The Strategist

Credit Suisse ex-banker admitted $ 45 mln bribe


10/17/2019 - 11:36



Former Credit Suisse banker Andrew Pearse told a jury in Brooklyn that he illegally received at least $ 45 million for his role in arranging $ 2 billion worth of loans to companies in Mozambique.



Plaza Financiera
Plaza Financiera
In addition, Pearse, who pleaded guilty to fraud, said that at least four other Credit Suisse bankers also took millions of dollars in bribes from the shipbuilding group Privinvest.

“They all played a role in ensuring that the bank granted loans,” Pearse said in court, “they provided the bank with false information about Privinvest.”

Pierce is a key witness in the case against Jean Boustani, Privinvest sales agent described by prosecutors as the "mastermind" of the fraudulent scheme. Prosecutors say Mozambique government officials, corporate executives, and investment bankers appropriated about $ 200 million in loan proceeds.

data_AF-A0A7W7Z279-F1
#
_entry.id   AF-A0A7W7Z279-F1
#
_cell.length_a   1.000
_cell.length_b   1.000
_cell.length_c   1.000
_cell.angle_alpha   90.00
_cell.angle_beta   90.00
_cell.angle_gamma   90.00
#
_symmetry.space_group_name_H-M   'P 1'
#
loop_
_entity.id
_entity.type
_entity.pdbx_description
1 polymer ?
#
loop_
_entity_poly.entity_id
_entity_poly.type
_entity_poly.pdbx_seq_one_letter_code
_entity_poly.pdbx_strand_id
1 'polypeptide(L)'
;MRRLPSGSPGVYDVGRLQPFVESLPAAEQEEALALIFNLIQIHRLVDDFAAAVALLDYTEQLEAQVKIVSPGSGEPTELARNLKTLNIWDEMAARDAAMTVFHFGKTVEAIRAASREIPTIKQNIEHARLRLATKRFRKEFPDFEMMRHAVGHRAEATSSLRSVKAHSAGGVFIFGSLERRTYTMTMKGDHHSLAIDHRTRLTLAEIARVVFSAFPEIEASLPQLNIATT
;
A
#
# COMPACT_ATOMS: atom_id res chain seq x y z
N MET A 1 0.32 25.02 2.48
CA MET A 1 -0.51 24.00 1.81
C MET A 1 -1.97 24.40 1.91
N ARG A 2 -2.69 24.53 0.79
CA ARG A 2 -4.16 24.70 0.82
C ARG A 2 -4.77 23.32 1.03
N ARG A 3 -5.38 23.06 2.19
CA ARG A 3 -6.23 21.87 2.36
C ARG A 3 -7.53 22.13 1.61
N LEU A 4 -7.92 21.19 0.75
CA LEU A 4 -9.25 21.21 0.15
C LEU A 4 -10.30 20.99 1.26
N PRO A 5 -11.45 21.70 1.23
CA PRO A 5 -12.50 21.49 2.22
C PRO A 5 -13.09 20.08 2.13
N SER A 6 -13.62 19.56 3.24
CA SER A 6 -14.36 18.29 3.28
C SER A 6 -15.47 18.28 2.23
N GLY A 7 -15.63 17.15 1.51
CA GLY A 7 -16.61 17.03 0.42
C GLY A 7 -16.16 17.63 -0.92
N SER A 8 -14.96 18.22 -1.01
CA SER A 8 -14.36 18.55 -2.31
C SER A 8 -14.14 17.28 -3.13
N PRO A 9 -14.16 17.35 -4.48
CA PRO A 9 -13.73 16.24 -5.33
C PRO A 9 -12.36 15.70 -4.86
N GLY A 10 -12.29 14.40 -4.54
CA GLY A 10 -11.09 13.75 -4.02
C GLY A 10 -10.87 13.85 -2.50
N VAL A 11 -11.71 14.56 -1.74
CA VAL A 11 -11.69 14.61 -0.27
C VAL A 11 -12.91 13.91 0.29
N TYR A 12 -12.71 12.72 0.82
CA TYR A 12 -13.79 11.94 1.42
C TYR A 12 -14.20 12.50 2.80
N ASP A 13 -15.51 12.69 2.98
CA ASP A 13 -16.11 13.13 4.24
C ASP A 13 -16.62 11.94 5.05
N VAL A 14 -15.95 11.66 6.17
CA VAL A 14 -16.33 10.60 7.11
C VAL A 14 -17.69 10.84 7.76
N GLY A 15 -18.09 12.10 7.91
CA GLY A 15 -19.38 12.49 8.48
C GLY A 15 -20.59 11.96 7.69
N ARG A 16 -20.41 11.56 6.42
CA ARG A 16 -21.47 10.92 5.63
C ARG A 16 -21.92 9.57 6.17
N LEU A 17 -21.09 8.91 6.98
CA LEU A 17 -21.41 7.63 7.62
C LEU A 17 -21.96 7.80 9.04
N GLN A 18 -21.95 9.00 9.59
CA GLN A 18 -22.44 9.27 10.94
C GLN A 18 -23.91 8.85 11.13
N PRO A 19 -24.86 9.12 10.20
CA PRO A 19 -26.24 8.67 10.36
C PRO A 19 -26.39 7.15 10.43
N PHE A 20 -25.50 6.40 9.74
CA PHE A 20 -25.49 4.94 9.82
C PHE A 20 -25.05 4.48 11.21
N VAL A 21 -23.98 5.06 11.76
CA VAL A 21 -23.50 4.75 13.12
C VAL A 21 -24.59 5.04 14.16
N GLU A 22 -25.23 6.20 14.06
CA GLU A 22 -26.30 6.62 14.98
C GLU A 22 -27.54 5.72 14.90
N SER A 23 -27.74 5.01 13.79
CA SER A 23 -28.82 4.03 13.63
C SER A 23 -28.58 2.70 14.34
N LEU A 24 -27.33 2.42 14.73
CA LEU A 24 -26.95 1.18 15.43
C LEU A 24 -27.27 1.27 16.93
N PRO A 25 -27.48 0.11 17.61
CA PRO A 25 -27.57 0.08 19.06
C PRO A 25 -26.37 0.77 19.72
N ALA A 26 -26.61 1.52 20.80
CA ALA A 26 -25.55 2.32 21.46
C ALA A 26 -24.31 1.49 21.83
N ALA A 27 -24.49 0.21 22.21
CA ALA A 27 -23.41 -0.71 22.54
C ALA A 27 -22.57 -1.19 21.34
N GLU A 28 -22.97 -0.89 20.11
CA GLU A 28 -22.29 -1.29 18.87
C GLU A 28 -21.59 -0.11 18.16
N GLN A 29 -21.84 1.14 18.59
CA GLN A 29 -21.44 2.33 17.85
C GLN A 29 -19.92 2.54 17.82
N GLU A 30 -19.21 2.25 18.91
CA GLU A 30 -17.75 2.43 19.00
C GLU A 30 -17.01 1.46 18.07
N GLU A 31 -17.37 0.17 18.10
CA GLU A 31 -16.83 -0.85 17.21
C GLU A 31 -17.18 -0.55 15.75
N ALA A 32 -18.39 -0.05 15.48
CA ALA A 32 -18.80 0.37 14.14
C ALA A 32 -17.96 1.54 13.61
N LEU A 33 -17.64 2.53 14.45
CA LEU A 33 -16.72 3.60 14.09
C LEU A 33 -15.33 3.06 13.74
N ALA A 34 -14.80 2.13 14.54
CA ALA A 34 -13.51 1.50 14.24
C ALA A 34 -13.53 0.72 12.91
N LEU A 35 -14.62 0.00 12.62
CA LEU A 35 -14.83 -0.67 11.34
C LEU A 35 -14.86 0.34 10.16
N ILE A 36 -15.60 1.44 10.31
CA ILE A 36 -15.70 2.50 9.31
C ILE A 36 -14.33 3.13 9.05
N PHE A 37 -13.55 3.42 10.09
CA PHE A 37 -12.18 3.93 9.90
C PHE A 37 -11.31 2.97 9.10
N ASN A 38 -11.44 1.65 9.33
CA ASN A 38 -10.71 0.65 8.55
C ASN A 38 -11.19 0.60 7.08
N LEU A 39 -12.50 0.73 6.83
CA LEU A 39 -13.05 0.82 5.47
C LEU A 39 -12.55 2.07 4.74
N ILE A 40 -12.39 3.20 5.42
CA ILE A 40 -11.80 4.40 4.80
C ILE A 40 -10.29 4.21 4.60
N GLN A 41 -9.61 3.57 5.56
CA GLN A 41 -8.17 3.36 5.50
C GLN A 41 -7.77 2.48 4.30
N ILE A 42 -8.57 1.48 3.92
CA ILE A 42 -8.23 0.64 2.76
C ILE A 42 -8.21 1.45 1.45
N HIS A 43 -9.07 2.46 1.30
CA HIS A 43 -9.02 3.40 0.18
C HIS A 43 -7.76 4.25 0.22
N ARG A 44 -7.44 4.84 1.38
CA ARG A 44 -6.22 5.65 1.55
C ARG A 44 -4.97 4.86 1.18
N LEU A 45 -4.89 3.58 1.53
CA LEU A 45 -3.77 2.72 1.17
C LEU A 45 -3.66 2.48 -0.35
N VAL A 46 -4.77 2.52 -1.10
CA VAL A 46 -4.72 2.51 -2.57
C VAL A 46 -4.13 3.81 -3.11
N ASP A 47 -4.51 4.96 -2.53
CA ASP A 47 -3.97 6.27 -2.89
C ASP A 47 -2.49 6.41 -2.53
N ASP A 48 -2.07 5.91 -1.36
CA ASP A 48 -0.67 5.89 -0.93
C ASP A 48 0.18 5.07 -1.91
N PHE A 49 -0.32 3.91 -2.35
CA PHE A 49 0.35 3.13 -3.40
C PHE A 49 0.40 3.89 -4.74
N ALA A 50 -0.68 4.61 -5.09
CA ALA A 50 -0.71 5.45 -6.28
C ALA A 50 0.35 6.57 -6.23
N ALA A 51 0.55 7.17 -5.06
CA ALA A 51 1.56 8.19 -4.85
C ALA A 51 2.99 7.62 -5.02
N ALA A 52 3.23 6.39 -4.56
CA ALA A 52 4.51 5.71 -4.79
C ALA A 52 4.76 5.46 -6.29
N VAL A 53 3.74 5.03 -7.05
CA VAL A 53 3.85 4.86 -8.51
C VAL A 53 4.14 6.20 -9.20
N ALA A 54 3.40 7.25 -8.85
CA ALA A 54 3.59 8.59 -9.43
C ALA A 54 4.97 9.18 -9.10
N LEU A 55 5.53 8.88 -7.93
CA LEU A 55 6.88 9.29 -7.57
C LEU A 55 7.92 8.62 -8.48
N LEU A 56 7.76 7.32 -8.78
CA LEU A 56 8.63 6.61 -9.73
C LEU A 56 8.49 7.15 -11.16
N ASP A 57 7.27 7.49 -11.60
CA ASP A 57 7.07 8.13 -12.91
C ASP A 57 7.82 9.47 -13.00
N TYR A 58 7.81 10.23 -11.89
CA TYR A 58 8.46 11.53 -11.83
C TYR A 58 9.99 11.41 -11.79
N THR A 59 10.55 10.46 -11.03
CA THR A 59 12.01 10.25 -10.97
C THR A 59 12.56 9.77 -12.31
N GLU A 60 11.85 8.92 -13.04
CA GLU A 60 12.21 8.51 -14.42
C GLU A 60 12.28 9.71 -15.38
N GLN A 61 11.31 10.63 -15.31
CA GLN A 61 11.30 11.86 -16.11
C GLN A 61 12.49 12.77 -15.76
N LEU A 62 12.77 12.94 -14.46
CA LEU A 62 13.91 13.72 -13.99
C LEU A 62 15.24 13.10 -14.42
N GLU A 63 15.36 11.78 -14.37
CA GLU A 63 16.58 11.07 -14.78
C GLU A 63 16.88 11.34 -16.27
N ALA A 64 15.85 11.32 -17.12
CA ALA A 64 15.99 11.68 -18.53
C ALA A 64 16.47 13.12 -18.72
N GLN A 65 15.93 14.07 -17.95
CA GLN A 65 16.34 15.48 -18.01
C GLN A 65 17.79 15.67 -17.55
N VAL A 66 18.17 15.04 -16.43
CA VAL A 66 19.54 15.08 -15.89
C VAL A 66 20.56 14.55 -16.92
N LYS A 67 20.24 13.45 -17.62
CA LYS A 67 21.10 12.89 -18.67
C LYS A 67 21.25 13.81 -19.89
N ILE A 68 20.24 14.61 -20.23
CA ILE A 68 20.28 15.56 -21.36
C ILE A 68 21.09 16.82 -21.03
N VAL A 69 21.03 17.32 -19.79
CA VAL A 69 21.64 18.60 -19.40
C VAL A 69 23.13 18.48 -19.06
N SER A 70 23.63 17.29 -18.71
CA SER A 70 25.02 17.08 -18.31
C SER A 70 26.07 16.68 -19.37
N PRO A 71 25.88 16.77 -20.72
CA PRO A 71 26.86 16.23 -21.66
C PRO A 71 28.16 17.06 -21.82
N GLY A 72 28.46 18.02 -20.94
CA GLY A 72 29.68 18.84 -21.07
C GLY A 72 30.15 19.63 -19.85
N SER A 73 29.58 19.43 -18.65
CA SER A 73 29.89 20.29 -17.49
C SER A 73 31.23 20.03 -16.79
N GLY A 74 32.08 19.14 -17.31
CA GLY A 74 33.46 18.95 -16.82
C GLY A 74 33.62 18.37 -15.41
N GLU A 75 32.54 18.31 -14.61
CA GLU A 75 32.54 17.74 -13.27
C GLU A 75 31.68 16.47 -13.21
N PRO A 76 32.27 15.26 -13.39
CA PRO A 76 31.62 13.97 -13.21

According to Bloomberg, defense attorney Michael Schachter told the jury in opening statements that Boustani was not cheating on investors and had nothing to do with promoting loans. Schachter believes that Pearse got the “sweetest deal” in the US and testified against Boustani to escape prison.

Credit Suisse loans were intended for three separate offshore projects: tuna vessels, shipyard construction, and a surveillance system to protect Mozambique's coastline. Prosecutors insist that Privinvest managers overestimated the prices of equipment and services, appropriating the difference.

Moreover, according to investigators, the ex-Minister of Finance of Mozambique, Manuel Chang, who held the post during the conclusion of transactions with creditors, was involved in the scandal. The indictment states that Chang and the bankers "created offshore projects as a cover for their own enrichment and deliberately redistributed parts of the loan." 

In addition, the repentant banker said that some other former employees of Credit Suisse received multimillion-dollar profits. The witness called them “silent partners.”

source: bloomberg.com




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